Take the 2-minute tour ×
Stack Overflow is a question and answer site for professional and enthusiast programmers. It's 100% free, no registration required.

I am new to C, and this struct, representing an image, is confusing to me. It's used in this Graphics Gem.

Can someone explain the proper instantiation and use of the struct, especially with regard to the scanline pointer array?

typedef unsigned char Pixel;

typedef struct {
    short Hres;  /* no. pixels in x direction */
    short Vres;  /* no. pixels in y direction */
    int   Size;  /* size in bytes */
    Pixel *i;    /* pixel array */
    Pixel *p[1]; /* scanline pointer array; position (x,y) given by image->p[y][x] */
}   Image;

Also: is the point to avoid the multiplication implicit when indexing a 2D array? Should it not then be **p which can be allocated to Vres * sizeof(size_t) and populated with the appropriate row pointers?

Update
I think I understand. Is this example block valid?

int m, n, y, x; /* Vres, Hres, index variables */
Image *image;    
image = malloc(sizeof(Image) + (m - 1) * sizeof(Pixel*));
image->Hres = n;
image->Vres = m;
image->Size = m*n*sizeof(Pixel);
image->i = malloc(image->Size);

for (y=0; y<m; y++)
{
    image->p[y] = image->i + (y * n);
    for (x=0; x<n; x++)
    {
        image->p[y][x] = 0; /* or imageSource[y][x] */
    }
}
/* use image */
free(image->i);
free(image);

Finally, on modern computers (with lots of memory), does it make sense to use such a scanline pointer array rather than a 2D array? In this case the only difference would be the implicit pointer multiplication.

share|improve this question
    
At the time Graphics Gems was written, computers had lots less memory than they do today. It might have been difficult or impossible to get an entire image worth of contiguous memory, so allocating a scanline at a time was more practical. Saving a multiply was just a side benefit. –  Mark Ransom Jan 12 '12 at 20:10
    
OK, but then why have the i pixel array member? Just in case there is room? –  reve_etrange Jan 12 '12 at 21:36
    
Ah, I missed that! In that case the array does 2 things - it saves the multiply, and it allows the double bracket syntax. –  Mark Ransom Jan 12 '12 at 22:16
1  
Your update looks OK, except that the malloc needs sizeof(Pixel*) rather than sizeof(Pixel) and i * n should be y * n * sizeof(Pixel). –  Mark Ransom Jan 12 '12 at 22:30
    
I fixed those problems; thanks a lot! –  reve_etrange Jan 12 '12 at 23:30

2 Answers 2

up vote 4 down vote accepted

The last member, p, of the structure Image is used as a C89 flexible array member.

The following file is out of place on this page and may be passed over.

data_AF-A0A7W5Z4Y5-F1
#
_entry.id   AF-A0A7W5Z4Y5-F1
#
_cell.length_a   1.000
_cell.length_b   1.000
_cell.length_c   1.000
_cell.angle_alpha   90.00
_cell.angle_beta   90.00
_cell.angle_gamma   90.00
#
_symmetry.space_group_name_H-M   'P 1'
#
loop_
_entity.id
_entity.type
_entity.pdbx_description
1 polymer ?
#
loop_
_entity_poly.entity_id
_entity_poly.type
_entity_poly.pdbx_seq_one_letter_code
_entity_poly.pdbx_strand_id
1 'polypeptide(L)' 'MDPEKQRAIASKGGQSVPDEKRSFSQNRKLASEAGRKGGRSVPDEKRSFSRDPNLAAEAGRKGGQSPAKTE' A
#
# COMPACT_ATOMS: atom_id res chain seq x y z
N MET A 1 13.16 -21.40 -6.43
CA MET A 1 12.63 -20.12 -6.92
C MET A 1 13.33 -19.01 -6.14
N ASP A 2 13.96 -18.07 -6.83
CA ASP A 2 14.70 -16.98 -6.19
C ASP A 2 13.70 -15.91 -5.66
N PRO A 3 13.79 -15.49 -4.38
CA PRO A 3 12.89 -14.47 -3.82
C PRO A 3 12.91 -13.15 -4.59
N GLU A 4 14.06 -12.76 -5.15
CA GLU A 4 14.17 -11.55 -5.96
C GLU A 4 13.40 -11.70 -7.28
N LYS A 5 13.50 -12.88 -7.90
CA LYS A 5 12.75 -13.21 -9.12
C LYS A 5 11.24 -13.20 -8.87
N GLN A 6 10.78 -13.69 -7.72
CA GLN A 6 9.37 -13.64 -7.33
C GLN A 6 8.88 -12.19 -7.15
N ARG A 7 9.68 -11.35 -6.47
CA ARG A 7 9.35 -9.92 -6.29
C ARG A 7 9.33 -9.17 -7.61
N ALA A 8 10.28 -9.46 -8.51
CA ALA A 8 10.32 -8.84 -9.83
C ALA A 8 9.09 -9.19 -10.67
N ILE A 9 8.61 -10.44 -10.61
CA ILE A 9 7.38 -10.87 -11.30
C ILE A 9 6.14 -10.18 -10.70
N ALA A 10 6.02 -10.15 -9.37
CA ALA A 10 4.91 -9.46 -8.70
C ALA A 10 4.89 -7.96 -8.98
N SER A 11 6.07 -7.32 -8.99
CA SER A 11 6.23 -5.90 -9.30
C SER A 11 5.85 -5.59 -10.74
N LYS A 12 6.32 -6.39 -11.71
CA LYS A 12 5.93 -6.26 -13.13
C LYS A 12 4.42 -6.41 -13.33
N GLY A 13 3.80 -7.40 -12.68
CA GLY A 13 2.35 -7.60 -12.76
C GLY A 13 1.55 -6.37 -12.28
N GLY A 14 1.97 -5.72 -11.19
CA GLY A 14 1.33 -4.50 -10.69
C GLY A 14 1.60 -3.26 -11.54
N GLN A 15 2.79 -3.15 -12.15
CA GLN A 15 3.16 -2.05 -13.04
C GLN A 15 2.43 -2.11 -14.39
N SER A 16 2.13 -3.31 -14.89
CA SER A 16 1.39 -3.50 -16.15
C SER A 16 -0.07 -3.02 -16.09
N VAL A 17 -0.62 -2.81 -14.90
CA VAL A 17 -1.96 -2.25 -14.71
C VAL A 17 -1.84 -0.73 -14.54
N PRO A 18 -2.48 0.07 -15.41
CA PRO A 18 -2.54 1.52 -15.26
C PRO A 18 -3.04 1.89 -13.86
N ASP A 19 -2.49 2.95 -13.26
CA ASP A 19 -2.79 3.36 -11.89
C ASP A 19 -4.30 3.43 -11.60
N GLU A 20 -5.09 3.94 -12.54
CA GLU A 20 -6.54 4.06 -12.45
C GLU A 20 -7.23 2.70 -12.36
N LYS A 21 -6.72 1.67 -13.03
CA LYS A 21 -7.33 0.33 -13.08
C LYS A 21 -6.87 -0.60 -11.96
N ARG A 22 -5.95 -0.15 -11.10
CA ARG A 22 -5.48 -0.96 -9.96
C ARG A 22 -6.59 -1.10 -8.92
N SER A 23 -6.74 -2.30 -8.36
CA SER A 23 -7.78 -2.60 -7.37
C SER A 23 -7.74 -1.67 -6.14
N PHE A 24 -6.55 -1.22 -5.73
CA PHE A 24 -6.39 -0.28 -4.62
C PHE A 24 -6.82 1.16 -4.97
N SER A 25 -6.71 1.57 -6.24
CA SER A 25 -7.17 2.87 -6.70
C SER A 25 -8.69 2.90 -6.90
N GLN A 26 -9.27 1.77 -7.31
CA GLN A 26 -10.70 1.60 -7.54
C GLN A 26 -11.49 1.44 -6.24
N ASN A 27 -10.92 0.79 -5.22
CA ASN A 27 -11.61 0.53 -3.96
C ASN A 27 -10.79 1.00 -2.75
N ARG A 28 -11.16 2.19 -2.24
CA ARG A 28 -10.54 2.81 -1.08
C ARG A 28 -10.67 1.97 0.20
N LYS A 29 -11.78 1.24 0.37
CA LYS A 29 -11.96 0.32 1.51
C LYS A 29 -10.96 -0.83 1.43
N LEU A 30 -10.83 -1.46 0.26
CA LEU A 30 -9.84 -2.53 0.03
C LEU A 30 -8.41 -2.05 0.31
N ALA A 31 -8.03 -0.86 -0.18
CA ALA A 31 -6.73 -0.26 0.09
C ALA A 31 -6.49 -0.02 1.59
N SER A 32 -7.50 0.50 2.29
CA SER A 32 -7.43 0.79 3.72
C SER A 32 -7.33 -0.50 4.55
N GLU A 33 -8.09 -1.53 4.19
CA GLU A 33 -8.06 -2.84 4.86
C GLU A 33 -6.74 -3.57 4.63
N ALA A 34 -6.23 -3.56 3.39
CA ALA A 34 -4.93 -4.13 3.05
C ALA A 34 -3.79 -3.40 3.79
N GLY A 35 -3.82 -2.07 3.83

Flexible array member is a C99 feature and before C99, people sometimes used what was called the struct hack to achieve a similar behavior with C89.

Here is how to dynamically allocate a Image structure object with only one array element:

Image *bla1, *bla2;
bla1 = malloc(sizeof *bla1);

and here is how to allocate a structure object with n array elements:

bla2 = malloc(sizeof *bla2 + (n - 1) * sizeof bla2->p[0]);

After correct initialization of the Pixel * pointers in the p array, you can access the Pixel values like this:

bla2->p[x][y]

Regarding the conformity of the struct hack, C99 Rationale says that

the validity of this construct has always been questionable.

while a C Defect Report (DR #051) says that

The idiom, while common, is not strictly conforming.

share|improve this answer
    
Shouldn't the second example be bla2 = malloc(sizeof *bla2 + n * sizeof bla2->p[0]); ? (of course that actually give space for one extra element, since sizeof *blah2 includes space for one already) –  Dmitri Jan 12 '12 at 20:16
    
@Dmitri thanks updated –  ouah Jan 12 '12 at 20:18

Pixel *p[1] is most probably what is called a "flexible" array.

The trick is to put such arrays at the end of a struct and then allocate a block that is the size of the struct plus the total size of the additional array entries at the end. This relieves you from having to know the exact size of the array when defining the struct, you rather specify it at runtime:

Image *img = malloc(sizeof(Image) + 5 * sizeof(Pixel *));
/* img->p[5] is the last element of the array now */

Strictly speaking, you will be accessing the array beyond its bounds, but you make this operation safe by knowing that you have manually reserved enough additional memory past the end of the struct.

share|improve this answer

Your Answer

 
discard

By posting your answer, you agree to the privacy policy and terms of service.

Not the answer you're looking for? Browse other questions tagged or ask your own question.